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Explained: What are Aboriginal Corporations?

Ongoing discussion ahead of the Voice to Parliament referendum.

As the Indigenous Voice to Parliament referendum nears, there has been some discussion on social media about Aboriginal Corporations. Some commentary on social media has pointed to these as evidence of an "Aboriginal agenda" - but the need for these corporationsactually related to Australia’s common law system.

Aboriginal Corporations developed following Mabo v Queensland (No 2) (1992). These corporations represent Aboriginal communities who have been granted exclusive and non-exclusive native title over Australian land.

Exclusive native title is the rarer of the two forms of native title, and is effectively the same as ownership of the land. It is usually granted only if there are no other conflicting claims to the land.

Non-exclusive Aboriginal title will consist of a variety of rights granted. In accordance with Mabo (No 2) and Section 223 of the Native Title Act 1993 (Cth), these rights will be based on the ‘traditional laws and customs’ of the Aboriginal community in question.

Common non-exclusive rights include hunting and gathering, access over the land, camping on the land, and using natural resources for non-commercial purposes. The rights granted depend on how the land was used by the traditional Aboriginal community.

Non-exclusive native title is largely where the need for Aboriginal corporations arises, as this is where traditional laws and customs clash with land rights held by non-Aboriginal people and organisations.

One of the many things introduced to Australia in 1788 was the English legal system. Section 24 of the Australian Courts Act 1828 (Imp) confirmed that all English law prior to 1828 applied to New South Wales and Van Diemen’s Land, and as new colonies were established, this was carried over.

The right to enter into contracts is one of the most fundamental aspects of the legal system, but English common law limited this right to certain parts of society. This included individuals, governments, and corporations.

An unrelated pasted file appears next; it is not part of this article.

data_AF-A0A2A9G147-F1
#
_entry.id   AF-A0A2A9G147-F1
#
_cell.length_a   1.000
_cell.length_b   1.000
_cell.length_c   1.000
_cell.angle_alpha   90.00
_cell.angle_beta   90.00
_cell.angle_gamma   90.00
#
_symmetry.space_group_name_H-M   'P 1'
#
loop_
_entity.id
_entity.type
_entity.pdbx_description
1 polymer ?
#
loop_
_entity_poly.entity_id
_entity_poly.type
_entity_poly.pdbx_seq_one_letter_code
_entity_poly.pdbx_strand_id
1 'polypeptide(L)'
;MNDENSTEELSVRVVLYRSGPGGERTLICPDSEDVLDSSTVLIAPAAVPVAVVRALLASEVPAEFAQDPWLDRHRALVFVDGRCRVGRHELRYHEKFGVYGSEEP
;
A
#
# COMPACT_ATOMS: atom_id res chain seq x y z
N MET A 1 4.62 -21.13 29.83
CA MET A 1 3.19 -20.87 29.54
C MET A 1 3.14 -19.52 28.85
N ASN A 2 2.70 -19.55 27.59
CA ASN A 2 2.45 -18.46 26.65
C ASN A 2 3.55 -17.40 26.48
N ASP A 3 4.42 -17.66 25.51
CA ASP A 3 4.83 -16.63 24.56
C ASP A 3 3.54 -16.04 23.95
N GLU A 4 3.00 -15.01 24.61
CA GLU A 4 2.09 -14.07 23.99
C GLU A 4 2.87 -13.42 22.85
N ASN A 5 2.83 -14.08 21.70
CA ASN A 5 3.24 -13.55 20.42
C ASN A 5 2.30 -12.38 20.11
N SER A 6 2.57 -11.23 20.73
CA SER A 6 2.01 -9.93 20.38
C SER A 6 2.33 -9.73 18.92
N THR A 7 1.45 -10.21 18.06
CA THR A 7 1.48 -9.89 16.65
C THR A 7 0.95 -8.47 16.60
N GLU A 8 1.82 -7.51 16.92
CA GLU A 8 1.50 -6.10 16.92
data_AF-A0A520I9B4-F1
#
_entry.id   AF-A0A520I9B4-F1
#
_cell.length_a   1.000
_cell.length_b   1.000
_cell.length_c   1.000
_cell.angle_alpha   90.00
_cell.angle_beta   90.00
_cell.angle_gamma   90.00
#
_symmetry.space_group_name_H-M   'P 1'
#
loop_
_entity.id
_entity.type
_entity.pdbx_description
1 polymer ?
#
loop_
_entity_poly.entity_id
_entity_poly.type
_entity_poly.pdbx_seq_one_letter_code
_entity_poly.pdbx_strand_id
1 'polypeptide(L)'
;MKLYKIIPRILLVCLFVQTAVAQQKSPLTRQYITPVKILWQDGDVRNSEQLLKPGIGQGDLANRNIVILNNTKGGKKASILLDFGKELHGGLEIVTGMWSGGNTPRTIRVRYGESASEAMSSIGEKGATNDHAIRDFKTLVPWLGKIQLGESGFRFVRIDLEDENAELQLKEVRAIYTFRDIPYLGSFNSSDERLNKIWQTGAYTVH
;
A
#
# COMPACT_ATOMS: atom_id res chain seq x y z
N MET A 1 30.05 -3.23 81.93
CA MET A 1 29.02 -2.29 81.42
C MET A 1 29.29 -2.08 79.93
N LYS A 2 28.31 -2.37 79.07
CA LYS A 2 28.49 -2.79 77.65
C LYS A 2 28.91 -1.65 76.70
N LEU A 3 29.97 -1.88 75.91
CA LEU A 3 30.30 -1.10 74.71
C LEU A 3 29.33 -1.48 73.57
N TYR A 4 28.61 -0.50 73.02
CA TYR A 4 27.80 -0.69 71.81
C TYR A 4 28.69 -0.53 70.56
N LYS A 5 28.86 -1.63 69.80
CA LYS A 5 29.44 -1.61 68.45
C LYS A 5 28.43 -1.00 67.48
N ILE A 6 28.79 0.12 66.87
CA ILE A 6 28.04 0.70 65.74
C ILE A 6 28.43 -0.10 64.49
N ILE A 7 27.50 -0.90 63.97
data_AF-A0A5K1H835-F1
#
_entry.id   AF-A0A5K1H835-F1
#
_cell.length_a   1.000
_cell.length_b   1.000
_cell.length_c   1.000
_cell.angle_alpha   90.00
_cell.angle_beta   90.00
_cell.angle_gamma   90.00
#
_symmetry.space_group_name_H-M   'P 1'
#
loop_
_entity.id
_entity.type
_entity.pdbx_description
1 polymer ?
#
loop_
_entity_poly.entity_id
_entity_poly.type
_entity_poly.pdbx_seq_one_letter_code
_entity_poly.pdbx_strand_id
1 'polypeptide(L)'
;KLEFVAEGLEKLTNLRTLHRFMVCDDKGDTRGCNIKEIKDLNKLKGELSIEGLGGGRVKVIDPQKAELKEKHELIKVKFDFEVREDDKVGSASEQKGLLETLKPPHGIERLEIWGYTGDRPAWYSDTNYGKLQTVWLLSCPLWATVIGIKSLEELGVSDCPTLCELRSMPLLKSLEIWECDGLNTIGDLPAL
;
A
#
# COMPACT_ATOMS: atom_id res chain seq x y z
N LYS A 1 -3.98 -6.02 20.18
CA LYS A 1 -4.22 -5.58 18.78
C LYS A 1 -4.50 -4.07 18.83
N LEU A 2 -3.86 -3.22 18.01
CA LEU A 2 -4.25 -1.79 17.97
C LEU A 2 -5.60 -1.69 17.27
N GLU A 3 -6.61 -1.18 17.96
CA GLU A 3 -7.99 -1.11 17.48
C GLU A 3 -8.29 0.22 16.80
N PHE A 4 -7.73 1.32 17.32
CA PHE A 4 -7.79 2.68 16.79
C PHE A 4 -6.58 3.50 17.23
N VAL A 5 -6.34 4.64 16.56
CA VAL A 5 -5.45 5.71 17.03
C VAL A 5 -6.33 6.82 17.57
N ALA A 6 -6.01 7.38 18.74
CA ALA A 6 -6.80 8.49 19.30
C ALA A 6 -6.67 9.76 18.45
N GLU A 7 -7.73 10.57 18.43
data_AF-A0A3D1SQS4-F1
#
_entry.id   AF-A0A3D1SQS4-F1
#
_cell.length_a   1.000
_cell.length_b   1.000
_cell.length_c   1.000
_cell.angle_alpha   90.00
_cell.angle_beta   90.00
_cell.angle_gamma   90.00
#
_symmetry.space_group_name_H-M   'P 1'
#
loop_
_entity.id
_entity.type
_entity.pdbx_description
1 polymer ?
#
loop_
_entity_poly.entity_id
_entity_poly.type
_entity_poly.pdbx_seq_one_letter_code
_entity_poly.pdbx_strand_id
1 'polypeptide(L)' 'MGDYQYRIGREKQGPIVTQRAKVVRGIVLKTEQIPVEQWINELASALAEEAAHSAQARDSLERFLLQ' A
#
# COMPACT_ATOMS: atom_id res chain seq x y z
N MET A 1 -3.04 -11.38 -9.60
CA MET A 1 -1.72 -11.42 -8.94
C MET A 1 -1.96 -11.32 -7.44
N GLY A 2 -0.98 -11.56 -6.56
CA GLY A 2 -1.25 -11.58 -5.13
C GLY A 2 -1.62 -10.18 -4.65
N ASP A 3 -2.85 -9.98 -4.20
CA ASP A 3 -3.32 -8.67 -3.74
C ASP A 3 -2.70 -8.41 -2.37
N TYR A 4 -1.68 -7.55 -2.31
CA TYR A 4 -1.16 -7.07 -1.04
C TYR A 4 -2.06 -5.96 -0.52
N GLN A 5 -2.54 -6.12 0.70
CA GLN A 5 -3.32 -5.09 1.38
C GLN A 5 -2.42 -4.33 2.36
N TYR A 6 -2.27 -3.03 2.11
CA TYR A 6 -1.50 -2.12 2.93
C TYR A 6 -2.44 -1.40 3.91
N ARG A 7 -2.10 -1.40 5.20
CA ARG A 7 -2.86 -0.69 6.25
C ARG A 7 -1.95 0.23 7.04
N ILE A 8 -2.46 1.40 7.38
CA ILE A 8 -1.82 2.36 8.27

One of the groups exempted from this right, along with the rights to employ individuals and enter into lawsuits, were ‘unincorporated associations,’ like churches. These groups were also tax-exempt.

In addition, English land law was also brought over, and under the infamous policy of terra nullius, land was parcelled out to white landowners.

The most common form of land grant in native title cases is a ‘pastoral lease’ used by farmers, as it is very difficult to apply for native title if a community’s land is now home to a city, although that has happened in Western Australia. Mining leases are also common.

There is no correlation between the borders of land given out by the Crown and the traditional boundaries of Aboriginal communities. This means that native title grants will cover multiple properties.

While it would be theoretically possible for all native title holders to negotiate with the landowners individually, this is impractical. As a result, the Native Title Act 1993 (Cth) requires the creation of ‘Registered Native Title Bodies Corporates’ to maintain and negotiate complying with the native title grants, as the particular rights granted will depend on the traditional laws and customs.

Check out Common(wealth) Knowledge #69 for more on the Native Title Act 1993 (Cth).

Traditional Aboriginal and Torres Strait Islander relationships with the land have often been described as a form of ‘guardianship,’ whereas Australian property law is based on possession of the land. When land is sold, the title to this land is passed from the seller to the buyer, often contained in physical documents.

This means that native title cannot be bought or sold, but the title or ‘ownership’ of private property can be. These RNTBCs, on behalf of the native title holders, must ensure that this transition does not infringe upon their rights, by negotiating with the new owners when there is a sale of land, or someone else gains an ‘interest’ in it, like mining rights or an easement, which is a right to pass over part of the land.

As corporations, RNTBCs can enter into contracts on behalf of the Aboriginal or Torres Strait Islander community.

Australian corporate law got a massive overhaul with the passage of the Corporations Act 2001 (Cth), and this was followed 5 years later by the Corporations (Aboriginal and Torres Strait Islander) Act 2006 (Cth), which regulates these corporations. All Aboriginal corporations must be registered under this Act.

Since then, Australia has also seen the creation of non-native title Aboriginal corporations.

These are organisations that promote Aboriginal interests, provide education and healthcare support, protect cultural heritage, and offer legal aid.

These organisations, which would normally act as charities, are often incorporated as companies limited by guarantee. This provides a corporate structure, gives its members certain rights and guarantees, grants the rights and obligations given to corporations under Australian law, and ensures that they are not-for-profit organisations.

Although Aboriginal corporations generally follow the same rules as non-Aboriginal corporations, they are registered separately and governed by separate legislation to recognise that they are not the same as other corporations. Since Mabo (No 2), the stance of the Australian legal system has been that Aboriginal laws and customs originated outside of the Australian legal system, but are nonetheless protected by it.

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Mabo v Queensland (No 2) (1992) 175 CLR 1; [1992] HCA 23.


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